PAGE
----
One does not easily earn the "Voice of God" moniker, but when it came to Roy Steele, nothing else would do.
The long-time public address announcer for the A's passed away Thursday at his home in Auburn, leaving behind a tremendous legacy as one of the most recognizable voices in the history of the game. The A's released a team statement acknowledging his vast contributions to the history of the franchise.
We’ll miss you, Roy. pic.twitter.com/H2dxgXyu9L— Oakland A's (@Athletics) May 29, 2020
"As the PA voice of the A’s for nearly four decades, his booming baritone filled the Coliseum from the Mustache Gang to Billy Ball, the Bash Brothers and Moneyball," the statement said. "Beloved by all, he touched the lives of generations of A’s fans. We send our heartfelt condolences to his family and loved ones."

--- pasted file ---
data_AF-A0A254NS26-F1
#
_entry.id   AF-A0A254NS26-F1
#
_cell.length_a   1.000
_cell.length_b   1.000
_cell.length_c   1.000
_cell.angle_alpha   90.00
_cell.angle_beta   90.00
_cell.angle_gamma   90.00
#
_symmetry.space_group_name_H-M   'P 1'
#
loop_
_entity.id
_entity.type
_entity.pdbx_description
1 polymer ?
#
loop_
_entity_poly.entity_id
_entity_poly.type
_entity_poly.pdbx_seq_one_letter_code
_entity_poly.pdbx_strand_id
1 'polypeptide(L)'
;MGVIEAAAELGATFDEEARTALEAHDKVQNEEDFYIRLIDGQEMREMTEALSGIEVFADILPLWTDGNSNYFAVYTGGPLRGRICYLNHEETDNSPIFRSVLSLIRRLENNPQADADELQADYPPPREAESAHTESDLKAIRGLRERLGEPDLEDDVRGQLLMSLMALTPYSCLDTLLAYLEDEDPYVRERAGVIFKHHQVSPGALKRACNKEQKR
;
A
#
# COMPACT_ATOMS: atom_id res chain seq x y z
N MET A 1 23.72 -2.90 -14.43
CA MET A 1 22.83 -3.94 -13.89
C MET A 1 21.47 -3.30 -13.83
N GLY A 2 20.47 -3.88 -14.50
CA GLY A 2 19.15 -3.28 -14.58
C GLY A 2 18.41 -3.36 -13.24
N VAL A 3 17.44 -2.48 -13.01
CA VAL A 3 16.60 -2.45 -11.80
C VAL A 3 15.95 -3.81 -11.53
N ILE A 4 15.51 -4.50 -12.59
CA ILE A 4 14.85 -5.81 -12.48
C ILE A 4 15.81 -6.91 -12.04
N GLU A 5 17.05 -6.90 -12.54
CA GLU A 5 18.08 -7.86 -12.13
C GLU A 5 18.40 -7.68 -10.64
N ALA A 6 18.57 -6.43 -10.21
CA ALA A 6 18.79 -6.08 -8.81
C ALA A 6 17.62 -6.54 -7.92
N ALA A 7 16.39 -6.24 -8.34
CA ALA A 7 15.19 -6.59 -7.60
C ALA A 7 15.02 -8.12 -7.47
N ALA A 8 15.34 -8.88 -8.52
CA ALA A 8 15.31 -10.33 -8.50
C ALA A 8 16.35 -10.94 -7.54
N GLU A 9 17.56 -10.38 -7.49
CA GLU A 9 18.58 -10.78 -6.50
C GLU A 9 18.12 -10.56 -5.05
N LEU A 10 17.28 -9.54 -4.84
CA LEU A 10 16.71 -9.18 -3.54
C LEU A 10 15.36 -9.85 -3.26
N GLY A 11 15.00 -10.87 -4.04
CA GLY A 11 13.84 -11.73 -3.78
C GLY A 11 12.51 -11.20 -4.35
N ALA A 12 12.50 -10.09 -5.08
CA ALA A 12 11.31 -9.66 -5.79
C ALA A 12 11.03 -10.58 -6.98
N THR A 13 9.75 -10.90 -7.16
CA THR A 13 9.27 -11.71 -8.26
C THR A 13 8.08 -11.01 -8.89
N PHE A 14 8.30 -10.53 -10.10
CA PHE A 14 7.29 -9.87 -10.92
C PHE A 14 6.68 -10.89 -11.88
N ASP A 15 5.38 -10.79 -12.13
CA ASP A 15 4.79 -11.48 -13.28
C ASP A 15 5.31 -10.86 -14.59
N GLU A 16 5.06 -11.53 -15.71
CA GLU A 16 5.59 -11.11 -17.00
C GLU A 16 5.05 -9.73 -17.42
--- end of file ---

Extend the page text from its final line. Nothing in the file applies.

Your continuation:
Steele began his tenure as the A's PA announcer starting in 1968 and remained in the position through 2005, though he did make occasional appearances during the 2007-08 season. He covered over 3,000 A's games, including six World Series and an All-Star Game. Throughout his 38 years at the helm, he only missed five days of work.
His death comes during a sad week for the Oakland franchise. On Sunday, Chester Farrow, who operated the scoreboard at the Coliseum for over 50 years, passed away at the age of 77.
Whenever MLB resumes, one would imagine both longtime employees will be honored.